11/10/2019 - Views
The online retail industry
Since its inception, online retail has changed immeasurably. Over the past decade alone there have been changes in device usage, channel and an expansion of the global marketplace. Online has grown steadily as a percentage of overall retail sales since 2000. During the last few years online spending has really taken off, coinciding with a slowdown in instore spending, underlining the change in consumer behaviour.
Online retail can provide a quick route to market for many brands and retailers, allowing for tighter turnaround times for fast fashion and an avenue to test new styles with lower cost implications. The core demographic of 15-24s may be easily retargeted with online ads to drive spend, but there is a looming issue expressly championed by many in this demographic that could affect brand popularity and trust.
Fast fashion is a hot topic amongst younger shoppers and experiencing a push back, giving rise to a more ethical, ecologically conscious type of consumer. Seen as increasingly harmful to the environment through its creation of mass amounts of pollution and toxic waste, the 15-24s are the biggest advocate group for environmental concerns. As on the most influential group in the fast fashion space brands need to keep a cautious eye on this evolving trend. While many retailers are including sustainable fashion lines, their main income is from the cheaper, mass produced end of the scale. Getting the balance right of handling 15-24s desire for the latest fashions but in an ecologically conscious manner that doesn’t cost too much, is a difficult line to tread. It’s therefore crucial that brands build trust as a key pillar in their brand perception, who integrate with people’s everyday lives and core beliefs.
Out of Home offers online retailers and opportunity to infiltrate the real-world space, without the need for a brick and mortar store. By using OOH not only do they integrate with consumers everyday lives, but also promote trust and reliability showing that they are able to engage consumers offline as well as on.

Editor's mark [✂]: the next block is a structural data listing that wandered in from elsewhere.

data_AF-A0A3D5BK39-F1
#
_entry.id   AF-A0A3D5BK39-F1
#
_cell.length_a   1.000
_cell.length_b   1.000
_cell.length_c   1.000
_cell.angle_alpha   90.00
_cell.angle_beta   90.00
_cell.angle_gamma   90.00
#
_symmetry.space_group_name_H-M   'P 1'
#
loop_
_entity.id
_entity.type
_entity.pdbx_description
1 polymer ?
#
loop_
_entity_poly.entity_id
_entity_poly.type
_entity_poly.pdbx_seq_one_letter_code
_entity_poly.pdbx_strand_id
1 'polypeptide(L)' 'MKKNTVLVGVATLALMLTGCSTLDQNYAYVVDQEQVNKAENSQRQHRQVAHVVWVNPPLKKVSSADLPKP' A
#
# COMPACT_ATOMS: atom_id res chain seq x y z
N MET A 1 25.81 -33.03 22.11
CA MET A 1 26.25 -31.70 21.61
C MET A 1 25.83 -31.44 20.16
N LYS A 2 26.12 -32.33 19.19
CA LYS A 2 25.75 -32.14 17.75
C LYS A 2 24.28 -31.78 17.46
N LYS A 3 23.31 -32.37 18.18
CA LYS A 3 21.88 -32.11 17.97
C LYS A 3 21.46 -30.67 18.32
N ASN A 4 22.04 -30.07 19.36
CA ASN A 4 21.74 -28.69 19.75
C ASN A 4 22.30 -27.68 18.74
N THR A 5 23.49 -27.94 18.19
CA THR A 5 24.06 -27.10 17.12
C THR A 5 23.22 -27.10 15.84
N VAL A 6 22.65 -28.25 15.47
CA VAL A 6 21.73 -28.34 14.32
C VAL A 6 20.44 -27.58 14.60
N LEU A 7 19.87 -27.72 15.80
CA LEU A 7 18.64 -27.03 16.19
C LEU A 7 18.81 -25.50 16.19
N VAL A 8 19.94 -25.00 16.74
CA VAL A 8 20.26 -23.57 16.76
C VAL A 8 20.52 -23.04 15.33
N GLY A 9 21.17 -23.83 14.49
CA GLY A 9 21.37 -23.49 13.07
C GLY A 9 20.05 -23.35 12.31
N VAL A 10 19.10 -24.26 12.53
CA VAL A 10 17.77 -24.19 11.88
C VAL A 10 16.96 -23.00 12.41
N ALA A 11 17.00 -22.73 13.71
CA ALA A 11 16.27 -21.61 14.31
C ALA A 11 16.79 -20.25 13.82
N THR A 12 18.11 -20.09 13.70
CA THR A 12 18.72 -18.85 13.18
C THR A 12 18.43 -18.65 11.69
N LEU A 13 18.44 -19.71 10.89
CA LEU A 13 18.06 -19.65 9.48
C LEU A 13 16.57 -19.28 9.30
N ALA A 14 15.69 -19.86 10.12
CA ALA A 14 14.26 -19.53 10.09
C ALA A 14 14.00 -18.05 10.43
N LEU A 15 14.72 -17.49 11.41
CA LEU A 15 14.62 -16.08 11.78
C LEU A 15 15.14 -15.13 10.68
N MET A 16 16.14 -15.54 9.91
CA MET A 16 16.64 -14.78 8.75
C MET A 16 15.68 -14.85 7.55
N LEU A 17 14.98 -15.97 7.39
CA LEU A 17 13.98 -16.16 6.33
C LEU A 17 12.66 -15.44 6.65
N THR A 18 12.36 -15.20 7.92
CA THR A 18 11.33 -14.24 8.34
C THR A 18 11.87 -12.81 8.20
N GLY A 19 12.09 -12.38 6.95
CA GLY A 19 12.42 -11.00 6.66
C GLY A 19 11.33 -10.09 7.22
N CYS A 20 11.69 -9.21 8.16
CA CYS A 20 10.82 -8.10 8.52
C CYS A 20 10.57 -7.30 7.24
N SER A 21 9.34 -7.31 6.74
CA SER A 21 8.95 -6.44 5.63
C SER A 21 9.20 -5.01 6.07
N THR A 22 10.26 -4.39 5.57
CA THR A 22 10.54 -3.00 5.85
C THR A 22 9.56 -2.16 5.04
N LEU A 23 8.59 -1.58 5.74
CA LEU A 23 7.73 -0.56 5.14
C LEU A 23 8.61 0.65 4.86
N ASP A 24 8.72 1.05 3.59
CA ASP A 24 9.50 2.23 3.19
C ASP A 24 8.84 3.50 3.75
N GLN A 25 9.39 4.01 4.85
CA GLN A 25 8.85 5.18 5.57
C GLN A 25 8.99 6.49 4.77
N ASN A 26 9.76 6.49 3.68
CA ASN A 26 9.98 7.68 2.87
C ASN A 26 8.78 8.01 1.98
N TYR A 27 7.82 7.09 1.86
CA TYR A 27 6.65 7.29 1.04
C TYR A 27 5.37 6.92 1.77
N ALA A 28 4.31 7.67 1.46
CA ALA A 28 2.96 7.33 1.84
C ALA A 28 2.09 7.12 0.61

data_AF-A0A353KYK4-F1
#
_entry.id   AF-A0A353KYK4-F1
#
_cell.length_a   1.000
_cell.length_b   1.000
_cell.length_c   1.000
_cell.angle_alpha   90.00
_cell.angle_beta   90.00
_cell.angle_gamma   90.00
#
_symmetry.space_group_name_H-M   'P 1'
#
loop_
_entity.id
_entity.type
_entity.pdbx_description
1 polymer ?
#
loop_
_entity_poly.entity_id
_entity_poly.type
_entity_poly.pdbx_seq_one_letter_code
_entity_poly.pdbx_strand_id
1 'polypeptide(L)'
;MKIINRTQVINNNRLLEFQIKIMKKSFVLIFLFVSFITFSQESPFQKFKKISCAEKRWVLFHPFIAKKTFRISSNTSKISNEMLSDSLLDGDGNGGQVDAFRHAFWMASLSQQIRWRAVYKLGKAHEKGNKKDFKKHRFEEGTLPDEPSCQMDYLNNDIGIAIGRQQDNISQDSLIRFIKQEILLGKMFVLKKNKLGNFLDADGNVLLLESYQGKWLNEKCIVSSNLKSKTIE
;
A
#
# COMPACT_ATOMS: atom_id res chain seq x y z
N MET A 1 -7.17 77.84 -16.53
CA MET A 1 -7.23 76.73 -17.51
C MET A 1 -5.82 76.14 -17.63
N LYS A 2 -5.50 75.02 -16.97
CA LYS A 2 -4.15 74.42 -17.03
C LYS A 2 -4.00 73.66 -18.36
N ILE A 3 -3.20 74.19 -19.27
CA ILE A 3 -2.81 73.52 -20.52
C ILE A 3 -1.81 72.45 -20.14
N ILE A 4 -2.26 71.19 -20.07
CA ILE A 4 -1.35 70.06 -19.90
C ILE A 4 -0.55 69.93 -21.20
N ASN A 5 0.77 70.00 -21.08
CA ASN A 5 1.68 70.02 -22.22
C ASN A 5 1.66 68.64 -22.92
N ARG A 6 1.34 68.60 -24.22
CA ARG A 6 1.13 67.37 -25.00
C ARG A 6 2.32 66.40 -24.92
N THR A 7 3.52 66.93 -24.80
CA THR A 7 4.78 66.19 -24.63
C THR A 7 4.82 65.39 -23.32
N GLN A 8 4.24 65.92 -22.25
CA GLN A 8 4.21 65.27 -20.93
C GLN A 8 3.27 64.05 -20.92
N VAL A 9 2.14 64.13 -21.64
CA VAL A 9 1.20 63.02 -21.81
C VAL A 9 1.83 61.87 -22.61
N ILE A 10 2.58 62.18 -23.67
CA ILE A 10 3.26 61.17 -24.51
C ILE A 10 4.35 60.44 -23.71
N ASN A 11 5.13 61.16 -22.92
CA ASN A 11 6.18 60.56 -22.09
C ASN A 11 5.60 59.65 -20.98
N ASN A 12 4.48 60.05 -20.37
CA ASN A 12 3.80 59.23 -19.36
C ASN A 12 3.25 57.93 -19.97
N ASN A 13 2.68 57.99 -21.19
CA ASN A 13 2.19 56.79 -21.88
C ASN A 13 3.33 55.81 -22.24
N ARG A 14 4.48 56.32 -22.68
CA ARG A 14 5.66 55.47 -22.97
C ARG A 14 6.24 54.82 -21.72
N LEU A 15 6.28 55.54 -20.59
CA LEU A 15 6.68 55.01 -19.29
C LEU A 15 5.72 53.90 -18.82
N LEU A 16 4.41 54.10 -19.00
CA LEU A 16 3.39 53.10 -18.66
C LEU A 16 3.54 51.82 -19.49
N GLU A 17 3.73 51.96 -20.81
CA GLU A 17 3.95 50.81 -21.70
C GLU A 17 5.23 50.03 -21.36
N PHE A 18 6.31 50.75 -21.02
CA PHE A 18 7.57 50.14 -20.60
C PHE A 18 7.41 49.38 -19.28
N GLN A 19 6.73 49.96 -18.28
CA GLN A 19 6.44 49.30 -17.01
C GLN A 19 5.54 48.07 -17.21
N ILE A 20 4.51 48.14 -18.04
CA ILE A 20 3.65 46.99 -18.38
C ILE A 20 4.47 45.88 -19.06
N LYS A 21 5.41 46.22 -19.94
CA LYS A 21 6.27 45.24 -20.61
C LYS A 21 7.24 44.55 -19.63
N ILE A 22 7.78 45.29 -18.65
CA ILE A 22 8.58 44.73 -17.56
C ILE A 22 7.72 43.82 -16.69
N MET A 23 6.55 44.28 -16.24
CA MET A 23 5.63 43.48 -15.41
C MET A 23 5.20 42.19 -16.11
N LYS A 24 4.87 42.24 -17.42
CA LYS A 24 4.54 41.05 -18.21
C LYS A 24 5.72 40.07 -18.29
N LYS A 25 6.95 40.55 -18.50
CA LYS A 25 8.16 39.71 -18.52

Whilst many online retailers do not spend heavily on OOH, there are immense opportunities for a creative approach when it comes to the OOH landscape. For example, online retailer, Pretty Little Thing, aimed at 14-24s, captured consumers attention through pop-ups at festivals and bus-wraps across major cities in the UK featuring their memorable pink unicorn motif. Taking a creative approach such as this, puts the brands positively in the minds of consumers and helps to cement their authenticity as a reputable business.
Online retailers may be pulling spend away from stores but there are more ways than just online to influence their target audiences. OOH provides a direct way to impact their most influential audience, driving online action and providing lasting memorable experiences through the use of creative experiential OOH. The same experiential OOH that can even be used to capture content to use for online advertising spend to retarget the same group! Overall, online retailers need to remember that targeting consumers through other touchpoints such as OOH offers a tangible and memorable way to drive action, improve brand recall and embed a brand in a consumers mind.